Rebecca Schiff Talks Technology and Illness, Volunteering to Be Objectified, and Writing What You Wouldn’t Say in Polite Company
The Bed Moved is Rebecca Schiff’s debut collection of 23 short stories ranging from a few pages to a few paragraphs. Their language and voice are unique; sentences often end in ways that twist their beginnings. In “My Allergies Will Charm You,” the narrator opens with, “He had found me on the internet, and now I was going back to the internet.”
In “Communication Arts,” a teacher corresponds with students A, B, D, and Z, portraying a delicate and bizarre relationship between authority and vulnerability. Many of the characters make statements that are bleak in their honesty, revealing unintentional vulnerability. In “Third Person,” a few paragraphs paint a woman’s intricate but dissociated relationship to sex and connection: “Rebecca wanted to tell them not to worry, she forgot all the sex she had as soon as she had it, she didn’t really have it when she had it, and she hadn’t for a long time.”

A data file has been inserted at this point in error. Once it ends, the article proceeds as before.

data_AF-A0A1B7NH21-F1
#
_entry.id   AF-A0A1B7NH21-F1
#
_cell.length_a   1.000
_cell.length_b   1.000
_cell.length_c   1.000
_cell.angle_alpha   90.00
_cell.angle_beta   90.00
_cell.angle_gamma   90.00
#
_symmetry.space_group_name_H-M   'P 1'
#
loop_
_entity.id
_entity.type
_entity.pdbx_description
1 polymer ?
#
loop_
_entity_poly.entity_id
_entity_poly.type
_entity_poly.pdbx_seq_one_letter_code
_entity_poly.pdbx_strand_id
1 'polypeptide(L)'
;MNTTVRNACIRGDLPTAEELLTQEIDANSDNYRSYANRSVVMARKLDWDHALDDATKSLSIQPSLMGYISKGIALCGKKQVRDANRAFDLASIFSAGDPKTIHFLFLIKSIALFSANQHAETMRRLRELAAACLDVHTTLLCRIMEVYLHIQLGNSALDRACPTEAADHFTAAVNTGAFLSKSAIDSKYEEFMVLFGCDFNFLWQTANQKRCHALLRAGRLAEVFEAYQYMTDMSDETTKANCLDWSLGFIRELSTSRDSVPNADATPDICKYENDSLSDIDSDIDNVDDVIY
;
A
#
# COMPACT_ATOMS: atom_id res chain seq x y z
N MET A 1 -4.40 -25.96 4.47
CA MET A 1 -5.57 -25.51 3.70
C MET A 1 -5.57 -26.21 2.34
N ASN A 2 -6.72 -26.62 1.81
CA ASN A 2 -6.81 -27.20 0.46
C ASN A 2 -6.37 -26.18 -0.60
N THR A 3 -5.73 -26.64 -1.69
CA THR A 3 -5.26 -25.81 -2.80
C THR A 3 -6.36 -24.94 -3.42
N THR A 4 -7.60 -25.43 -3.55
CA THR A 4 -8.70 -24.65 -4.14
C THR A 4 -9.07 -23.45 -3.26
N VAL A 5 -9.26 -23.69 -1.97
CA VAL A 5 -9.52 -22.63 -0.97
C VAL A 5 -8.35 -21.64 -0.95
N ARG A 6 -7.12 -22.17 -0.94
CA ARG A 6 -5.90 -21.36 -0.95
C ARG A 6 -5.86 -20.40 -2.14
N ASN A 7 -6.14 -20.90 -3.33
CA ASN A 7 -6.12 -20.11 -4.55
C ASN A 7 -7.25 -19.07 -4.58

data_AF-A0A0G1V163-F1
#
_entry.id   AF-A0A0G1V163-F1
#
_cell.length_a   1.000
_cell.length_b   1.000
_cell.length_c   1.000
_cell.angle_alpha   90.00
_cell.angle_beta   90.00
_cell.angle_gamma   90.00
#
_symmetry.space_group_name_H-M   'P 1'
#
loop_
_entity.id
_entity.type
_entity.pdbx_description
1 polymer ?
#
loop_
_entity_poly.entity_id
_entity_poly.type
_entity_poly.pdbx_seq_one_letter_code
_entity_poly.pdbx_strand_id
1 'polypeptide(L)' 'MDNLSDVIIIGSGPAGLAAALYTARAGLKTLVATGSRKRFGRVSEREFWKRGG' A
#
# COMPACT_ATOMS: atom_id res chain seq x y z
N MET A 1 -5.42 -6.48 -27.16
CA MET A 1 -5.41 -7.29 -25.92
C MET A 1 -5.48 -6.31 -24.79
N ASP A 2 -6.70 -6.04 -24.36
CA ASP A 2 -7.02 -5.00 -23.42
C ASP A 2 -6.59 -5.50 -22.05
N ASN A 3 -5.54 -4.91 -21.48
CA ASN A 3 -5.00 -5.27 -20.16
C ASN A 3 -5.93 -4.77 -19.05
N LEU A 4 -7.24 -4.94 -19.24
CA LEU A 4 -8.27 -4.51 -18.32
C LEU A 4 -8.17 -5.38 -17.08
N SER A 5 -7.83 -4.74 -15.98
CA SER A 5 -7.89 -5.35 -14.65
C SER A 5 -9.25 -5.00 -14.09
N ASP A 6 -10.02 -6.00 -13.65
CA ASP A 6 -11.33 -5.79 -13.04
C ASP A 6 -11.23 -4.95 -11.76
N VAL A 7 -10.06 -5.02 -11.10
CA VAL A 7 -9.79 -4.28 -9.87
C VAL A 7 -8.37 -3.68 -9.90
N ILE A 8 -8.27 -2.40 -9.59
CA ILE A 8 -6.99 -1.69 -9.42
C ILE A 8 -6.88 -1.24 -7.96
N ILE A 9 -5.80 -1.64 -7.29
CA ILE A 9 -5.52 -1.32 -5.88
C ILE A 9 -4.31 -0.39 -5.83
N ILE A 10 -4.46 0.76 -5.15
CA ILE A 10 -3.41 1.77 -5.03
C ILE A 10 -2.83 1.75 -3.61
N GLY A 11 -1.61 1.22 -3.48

The New York Times Book Review commented on Schiff’s compact language, noting her “almost Nabokovian boldness and crispness of phrase. Nabokov summarized a death in two words: ‘picnic, lightening.’ Ms. Schiff condenses a woman’s college years: ‘Nietzsche, penetration’.”
Often the characters are unintentionally funny. Many deal with illness and death. I met with Schiff in Crown Heights, Brooklyn, to speak about her book, the relationship between technology and illness, and the role humor can play when women write about difficult topics.